Ombre Rose can be translated literally as “pink shadow” or figuratively as a rose’s shadow. Both readings suggest that the rose scent in this Françoise Caron-composed perfume will be softened, and we will smell its shadow rather than rose straight on. Shadows cast darkness over things, shrouding them and making them mysterious and maybe even sinister. But pink shadows? Not exactly intimidating!
A perfect name, really, for what you’ll find inside. The rose in Ombre Rose is, in fact, shadowed by peach, orris, coumarin, musk, heliotrope, vanilla, and sandalwood, turning it into something at once powdery, gourmand, spicy, and woody. (It’s characterized as an aldehydic floral, but it seems more like a Floriental to me.) You can smell its influence on Loulou — minus the incense — but Ombre Rose has some crackle in addition to its sweet, soft, and confectionary simplicity. Its spicy, musky, and woody drydown is near-intoxicating.
Head: Rosewood, honey, ylang, peach
Heart: Rose, lily, iris
Base: Musk, coumarin, vanilla, sandalwood (From Michael Edwards' French Feminine Fragrances, a book which also provided me with Ombre Rose's historical information.)
Top notes: Aldehydes, rosewood, geranium
Heart notes: Rose, sandalwood, orris, lily of the valley, cedarwood, vetiver
Base notes: Vanilla, musk, tonka, cinnamon, heliotrope (From Haarmann & Reimer's Duftatlas)
To me, Ombre Rose is a comfort scent. It got its start as an old Roure perfume base with a cosmetic note that smelled like vintage face powder.* From there, Françoise Caron gave it a huge dose of coumarin (along with vanillin) to create a praline note. To me, this makes Ombre Rose nostalgic and gourmand rather than sexy. (In fact, perfumer Pierre Bourdon goes so far as to say that Ombre Rose is probably the first gourmand scent that was ever created.)
I wonder if Ralph Schwieger, the nose for Frederic Malle's Lipstick Rose, was influenced by Ombre Rose. It was constructed to smell, in part, like vintage lipstick — some say vintage Chanel, others vintage L’Oreal. The heliotrope in Ombre Rose, a note that can sometimes give off an almondy/Play Dough facet,
gives it a bit of a plasticky/synthetic character that I don’t mind. And maybe it’s here that, mixed with powdery orris, the face powder accord is born.
Ombre Rose (like Balenciaga’s Fleeting Moment) seems to be a self-reflexive perfume, that is, a perfume that reflects on its Perfume-ness. Where Fleeting Moment addresses, in its name, perfume’s evanescent nature, its character as a substance that by definition disappears as soon as you encounter it, Ombre Rose calls out perfume as a medium for memory and nostalgia by using, as its base, a vintage perfume formula that smells like vintage face powder.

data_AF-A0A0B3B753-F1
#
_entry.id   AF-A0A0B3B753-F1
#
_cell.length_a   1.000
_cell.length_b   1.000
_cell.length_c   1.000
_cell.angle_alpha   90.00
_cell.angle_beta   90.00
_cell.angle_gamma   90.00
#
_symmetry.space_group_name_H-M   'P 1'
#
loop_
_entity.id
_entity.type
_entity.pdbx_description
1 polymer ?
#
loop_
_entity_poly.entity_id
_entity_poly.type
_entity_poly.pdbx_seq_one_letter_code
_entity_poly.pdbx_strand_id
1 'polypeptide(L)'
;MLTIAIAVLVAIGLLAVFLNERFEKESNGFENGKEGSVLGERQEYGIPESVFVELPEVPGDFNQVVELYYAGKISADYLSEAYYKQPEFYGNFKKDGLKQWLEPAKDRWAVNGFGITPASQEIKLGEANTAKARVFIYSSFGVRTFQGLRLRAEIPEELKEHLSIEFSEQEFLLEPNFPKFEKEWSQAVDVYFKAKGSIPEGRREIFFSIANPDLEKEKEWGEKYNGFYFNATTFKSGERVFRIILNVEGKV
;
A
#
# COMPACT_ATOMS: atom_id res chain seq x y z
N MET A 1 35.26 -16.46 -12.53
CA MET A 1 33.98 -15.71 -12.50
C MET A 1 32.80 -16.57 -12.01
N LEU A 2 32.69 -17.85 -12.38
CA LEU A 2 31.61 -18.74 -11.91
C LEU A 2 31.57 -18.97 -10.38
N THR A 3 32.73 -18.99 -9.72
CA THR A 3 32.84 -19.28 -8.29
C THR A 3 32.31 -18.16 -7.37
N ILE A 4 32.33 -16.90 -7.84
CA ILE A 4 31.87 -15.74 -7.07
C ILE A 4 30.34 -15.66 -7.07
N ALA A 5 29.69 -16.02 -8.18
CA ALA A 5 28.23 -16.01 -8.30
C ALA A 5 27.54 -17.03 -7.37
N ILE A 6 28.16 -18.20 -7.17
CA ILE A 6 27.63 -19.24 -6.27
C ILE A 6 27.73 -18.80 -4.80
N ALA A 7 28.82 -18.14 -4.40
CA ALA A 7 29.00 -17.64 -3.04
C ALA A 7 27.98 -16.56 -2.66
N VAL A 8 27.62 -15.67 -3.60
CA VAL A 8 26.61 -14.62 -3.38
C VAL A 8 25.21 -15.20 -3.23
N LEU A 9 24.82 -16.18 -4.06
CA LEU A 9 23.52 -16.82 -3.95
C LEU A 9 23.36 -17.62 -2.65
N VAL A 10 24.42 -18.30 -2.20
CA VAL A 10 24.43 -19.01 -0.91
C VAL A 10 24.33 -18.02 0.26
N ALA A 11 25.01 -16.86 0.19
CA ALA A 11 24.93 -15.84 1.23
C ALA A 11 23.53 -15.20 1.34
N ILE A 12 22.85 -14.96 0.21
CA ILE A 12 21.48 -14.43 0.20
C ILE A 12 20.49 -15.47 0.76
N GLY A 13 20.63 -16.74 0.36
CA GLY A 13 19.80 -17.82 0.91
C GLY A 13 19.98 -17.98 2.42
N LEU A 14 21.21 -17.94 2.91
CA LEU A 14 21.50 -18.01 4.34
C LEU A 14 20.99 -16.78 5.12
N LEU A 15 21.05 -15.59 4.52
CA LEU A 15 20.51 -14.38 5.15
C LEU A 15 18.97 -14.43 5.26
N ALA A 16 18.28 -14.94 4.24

If I want to trace the self-reflexivity further (and I do!) it goes even deeper. That re-used base was itself being self-reflexive: by reproducing the scent of face powder (rather than a flower or something “natural”), it’s commenting on its own status as a cosmetic but also on itself as an aesthetic medium. It reflects; it doesn't merely reproduce.
Angela at Now Smell This wrote a great post last year about which perfumes were witty and which were not. It seems to me that there’s something inherently witty about a perfume that calls attention to the scent of cosmetics, and to women’s relationship to the whole culture of cosmetics: the ritual, the aesthetics, and (let’s face it) the fetishization of it. What could be more fetishy than liking the smell of lipstick or face powder? Maybe wanting to smell it in your perfume and on your skin!
Ombre Rose holds within it all these different shades (or shadows?) of meaning. To extend the analysis even further, a "shade" can mean: 1) a reminder of something, 2) a subtle difference in meaning, and last but not least, 3) a ghost.
Ombre Rose is The Haunted Rose, a mansion** filled with different shades of meaning and spirits of scents past...
* “The fragrance of the original base has a very cosmetic note. It rings a bell. That’s why it is so successful." - Pierre Bourdon on Ombre Rose in French Feminine Fragrances.
** The necrophilic resonances don't stop at the resurrected Roure base that became the foundation for Ombre Rose. Even the bottle was disturbed from its grave and revived for Ombre Rose: It was created in 1920 for a perfume called Le Narcisse Bleu. The moulds still existed for the bottle, so Bourdon and Caron went for it. The above image is from an eBay auction for Le Narcisse Bleu that's going on as I write this.